Here we share posts about our current research projects, wider parliamentary history, highlights from our events, seminars and conferences, and future publications. The History of Parliament’s core work lies in researching and writing series of volumes depicting Parliamentary life and proceedings throughout the past 700 years. These academically rigorous works contain detailed biographies of parliamentarians, studies of constituencies and introductory surveys. The Sections currently underway … Continue reading Welcome to the History of Parliament blog!
Continuing with November’s local history look at the Scottish presence in Parliament, today Dr Robin Eagles, editor of our Lords 1715-1790 section, casts his eye over attempts to regulate traditional Scottish dress in the eighteenth century. In the winter of 1745, the people of the north and midlands of England were gripped with panic. The rebel Jacobite army led by Charles Edward Stuart had left Scotland earlier in the … Continue reading A Farewell to Arms, Kilts and Sporrans: banning Scottish Highland dress in the aftermath of Culloden
As a prelude to this month’s spotlight on politics in Scotland to mark St Andrew’s Day, Dr Paul Hunneyball, assistant editor of the House of Lords 1558-1603 project, examines one of the most sensitive questions in early 17th century politics – should Scots be allowed to sit in English parliaments?… Historical perceptions can be deceptive. The year 1603 is now primarily remembered as the moment when … Continue reading ‘None can sit here but a natural liegeman’: Scots at Westminster in the Jacobean era
Ahead of Tuesday’s Virtual IHR Parliaments, Politics and People seminar, we hear from Emma Peplow & Priscila Pivatto, responsible for the History of Parliament Trust’s oral history project which is interviewing former MPs about their lives and experiences. They recently published The Political Lives of Postwar British MPs, an introduction and guide to the project. Emma & Priscila will be responding to your questions about … Continue reading First impressions of Westminster in the words of former MPs: back to school, into ‘Dracula’s castle’ or safe at home?
In the latest blog for the Georgian Lords, Dr Charles Littleton considers the way in which 18th-century elections were frequently decided on the results of petitions in Parliament, after the initial returns were challenged. The weeks before this year’s election in the USA have been marked with commentary considering the potential for voter fraud, disenfranchisement, and the role of the courts. Although on a much … Continue reading ‘Manifest injustice and glaring violation of all truth’: Disputing controverted elections in the 18th-century Parliament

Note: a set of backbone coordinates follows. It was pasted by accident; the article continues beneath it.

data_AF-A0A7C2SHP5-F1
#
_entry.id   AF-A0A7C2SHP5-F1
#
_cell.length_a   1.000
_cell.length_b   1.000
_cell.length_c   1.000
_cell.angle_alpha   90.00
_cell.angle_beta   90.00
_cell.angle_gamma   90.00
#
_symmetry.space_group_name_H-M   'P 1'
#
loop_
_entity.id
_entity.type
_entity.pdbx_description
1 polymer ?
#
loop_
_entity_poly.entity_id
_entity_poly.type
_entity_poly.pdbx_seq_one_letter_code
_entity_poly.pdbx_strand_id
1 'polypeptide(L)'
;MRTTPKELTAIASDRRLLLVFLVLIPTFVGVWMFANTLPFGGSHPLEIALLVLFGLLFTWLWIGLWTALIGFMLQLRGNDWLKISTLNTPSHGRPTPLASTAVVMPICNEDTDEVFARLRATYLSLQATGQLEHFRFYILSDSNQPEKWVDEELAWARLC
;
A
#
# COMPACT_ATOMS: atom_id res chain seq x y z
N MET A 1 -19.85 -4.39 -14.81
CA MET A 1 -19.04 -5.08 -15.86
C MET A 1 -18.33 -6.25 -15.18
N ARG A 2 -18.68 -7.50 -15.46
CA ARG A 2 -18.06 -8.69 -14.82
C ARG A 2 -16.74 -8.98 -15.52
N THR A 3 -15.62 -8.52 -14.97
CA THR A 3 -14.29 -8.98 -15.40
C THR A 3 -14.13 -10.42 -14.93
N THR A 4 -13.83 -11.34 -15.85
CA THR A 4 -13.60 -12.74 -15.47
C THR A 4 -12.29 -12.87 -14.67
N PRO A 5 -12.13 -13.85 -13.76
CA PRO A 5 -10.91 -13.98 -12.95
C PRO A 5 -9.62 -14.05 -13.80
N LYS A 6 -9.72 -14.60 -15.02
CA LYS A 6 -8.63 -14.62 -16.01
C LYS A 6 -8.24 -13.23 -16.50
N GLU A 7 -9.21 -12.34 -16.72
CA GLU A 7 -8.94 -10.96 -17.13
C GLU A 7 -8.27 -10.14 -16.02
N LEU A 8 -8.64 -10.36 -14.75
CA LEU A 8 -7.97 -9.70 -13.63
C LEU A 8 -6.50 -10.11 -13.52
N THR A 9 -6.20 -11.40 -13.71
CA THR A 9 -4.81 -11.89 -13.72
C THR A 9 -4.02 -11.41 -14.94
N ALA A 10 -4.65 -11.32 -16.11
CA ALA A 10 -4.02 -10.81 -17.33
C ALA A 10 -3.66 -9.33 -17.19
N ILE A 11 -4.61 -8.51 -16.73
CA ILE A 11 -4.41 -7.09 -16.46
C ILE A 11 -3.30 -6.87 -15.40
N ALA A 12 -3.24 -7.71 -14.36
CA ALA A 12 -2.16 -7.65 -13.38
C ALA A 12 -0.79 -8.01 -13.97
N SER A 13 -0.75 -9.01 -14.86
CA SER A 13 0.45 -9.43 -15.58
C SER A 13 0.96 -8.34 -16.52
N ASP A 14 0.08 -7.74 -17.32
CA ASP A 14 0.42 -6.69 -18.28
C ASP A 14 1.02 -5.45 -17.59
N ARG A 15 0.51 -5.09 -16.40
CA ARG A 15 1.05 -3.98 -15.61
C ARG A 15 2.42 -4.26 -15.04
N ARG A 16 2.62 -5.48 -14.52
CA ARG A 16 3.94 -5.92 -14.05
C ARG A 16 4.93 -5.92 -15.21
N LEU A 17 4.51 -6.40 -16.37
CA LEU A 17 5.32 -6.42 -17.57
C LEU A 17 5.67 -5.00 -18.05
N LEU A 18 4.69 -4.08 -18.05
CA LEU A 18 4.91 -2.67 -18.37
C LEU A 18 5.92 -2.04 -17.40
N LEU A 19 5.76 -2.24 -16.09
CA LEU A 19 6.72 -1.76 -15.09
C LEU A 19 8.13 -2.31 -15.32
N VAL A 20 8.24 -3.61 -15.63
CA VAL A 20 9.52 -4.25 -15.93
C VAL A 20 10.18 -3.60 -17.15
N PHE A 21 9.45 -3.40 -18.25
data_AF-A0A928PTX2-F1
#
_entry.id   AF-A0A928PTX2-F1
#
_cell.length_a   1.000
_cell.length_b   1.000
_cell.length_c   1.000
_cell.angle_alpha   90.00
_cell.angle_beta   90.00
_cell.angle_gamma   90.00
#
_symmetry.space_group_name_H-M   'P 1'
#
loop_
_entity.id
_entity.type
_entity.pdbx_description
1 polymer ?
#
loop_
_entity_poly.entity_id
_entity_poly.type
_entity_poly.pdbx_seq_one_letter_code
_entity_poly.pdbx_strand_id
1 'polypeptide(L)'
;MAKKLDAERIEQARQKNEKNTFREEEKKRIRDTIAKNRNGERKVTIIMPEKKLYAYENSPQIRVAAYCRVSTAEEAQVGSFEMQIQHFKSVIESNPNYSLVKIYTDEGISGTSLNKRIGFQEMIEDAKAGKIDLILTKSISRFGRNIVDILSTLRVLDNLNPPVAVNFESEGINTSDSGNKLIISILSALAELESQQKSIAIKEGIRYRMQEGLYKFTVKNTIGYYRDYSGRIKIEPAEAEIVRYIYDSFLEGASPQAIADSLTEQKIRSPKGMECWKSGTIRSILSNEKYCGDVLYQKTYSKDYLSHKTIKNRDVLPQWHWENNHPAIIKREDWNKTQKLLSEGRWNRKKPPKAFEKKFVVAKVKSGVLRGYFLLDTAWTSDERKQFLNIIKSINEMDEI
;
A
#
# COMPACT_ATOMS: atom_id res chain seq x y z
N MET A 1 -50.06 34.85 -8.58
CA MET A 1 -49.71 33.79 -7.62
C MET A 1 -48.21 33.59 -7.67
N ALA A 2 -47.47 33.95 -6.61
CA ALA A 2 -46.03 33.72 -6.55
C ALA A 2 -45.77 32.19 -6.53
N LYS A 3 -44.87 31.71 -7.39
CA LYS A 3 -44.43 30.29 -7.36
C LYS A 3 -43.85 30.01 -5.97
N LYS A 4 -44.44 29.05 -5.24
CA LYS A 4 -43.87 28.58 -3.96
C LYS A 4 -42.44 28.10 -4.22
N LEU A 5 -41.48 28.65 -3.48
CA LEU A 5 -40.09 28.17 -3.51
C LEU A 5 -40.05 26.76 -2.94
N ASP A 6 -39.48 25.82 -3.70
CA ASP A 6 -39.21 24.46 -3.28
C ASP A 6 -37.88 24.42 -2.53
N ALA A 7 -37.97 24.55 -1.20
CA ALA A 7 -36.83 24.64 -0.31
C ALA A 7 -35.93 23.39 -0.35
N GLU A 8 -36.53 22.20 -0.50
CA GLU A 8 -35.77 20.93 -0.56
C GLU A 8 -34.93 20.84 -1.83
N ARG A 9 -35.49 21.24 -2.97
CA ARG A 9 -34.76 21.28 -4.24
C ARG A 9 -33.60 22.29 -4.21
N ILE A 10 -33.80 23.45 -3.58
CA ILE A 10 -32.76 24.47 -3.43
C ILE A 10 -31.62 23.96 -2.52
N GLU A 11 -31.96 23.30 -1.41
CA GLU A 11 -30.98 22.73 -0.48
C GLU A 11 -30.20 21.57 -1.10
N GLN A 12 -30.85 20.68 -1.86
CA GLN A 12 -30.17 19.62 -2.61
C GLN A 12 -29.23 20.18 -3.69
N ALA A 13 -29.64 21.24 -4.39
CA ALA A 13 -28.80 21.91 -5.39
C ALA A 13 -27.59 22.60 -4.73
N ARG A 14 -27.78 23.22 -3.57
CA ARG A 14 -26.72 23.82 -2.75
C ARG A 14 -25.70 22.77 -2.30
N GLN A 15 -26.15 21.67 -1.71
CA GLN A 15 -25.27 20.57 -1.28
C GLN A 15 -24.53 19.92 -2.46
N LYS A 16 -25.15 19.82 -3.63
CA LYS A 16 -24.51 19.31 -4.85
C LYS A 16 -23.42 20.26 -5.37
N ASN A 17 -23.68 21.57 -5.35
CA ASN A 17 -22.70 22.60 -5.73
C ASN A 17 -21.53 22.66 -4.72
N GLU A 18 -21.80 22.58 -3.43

Today’s blog comes from Dr Charles Moreton, senior research fellow in our Commons 1461-1504 project, who begins our latest blog series all about parliamentarians’ marriages. Here Dr Moreton turns his attention to two particularly unhappy marriages during the 15th century… Unlike some of the blogs to come in this series, the following offers a couple of examples of unhappy marriages. Both of the parliamentarians in … Continue reading Divorce, cuckoldry and bastardy: two unhappy medieval marriages
On the 230th anniversary of the publication of Edmund Burke’s Reflections on the Revolution in France, we hear from guest blogger Dr Ian Harris from the University of Leicester on the theme of political representation, then and now… The 1st November this year is the two-hundred-and-thirtieth anniversary of Edmund Burke’s Reflections on the Revolution in France. A 230th may not seem the most noteworthy of … Continue reading ‘Reflections on the Revolution in France’ and political representation
This month’s local history focus has been Oxfordshire. In today’s blog Dr Philip Salmon, editor of the House of Commons 1832-1945 project, looks at the constituency of Abingdon, since 1974 within Oxfordshire, but historically part of the adjacent county of Berkshire. Abingdon was widely regarded as an easily managed ‘pocket’ or ‘nomination’ borough during the 19th century. For a while at least it certainly had … Continue reading Oxfordshire Local History: Abingdon in the nineteenth century
Our latest blog comes from Dr Simon Payling, senior research fellow in our Commons 1461-1504 project. In October 1460 Richard, duke of York attempted to claim the English throne from his cousin Henry VI. He was technically unsuccessful, but Parliament agreed to an unusual arrangement… On 10 October 1460 there occurred the most dramatic event in the history of the fifteenth-century Parliament. Henry VI’s cousin, … Continue reading The brief triumph of Richard, duke of York: the Parliamentary Accord of 31 October 1460
Ahead of Tuesday’s Virtual IHR Parliaments, Politics and People seminar, we hear from Dr Michael Taylor, the author of The Interest: How the British Establishment Resisted the Abolition of Slavery (2020). He will be responding to your questions about his research on the parliamentary resistance to the abolition of slavery between 5:15 p.m. and 6:30 p.m. on 3 November 2020. Details on how to join the discussion … Continue reading The West India Interest and the Parliamentary Defence of Slavery, 1823-33
Originally posted on The Victorian Commons:
In the second of his blog series on Lord Ronald Gower (1845-1916), Dr Martin Spychal explores Gower’s London social life during his first year in Parliament, including a brief summer romance with the son of the commissioner of the Metropolitan Police. Albumen print of Ronald Gower by Camille Silvy (1865) CC NPG One of the most privileged men in… Continue reading Lord Ronald Gower (1845-1916): the social life of a queer MP at the time of the Second Reform Act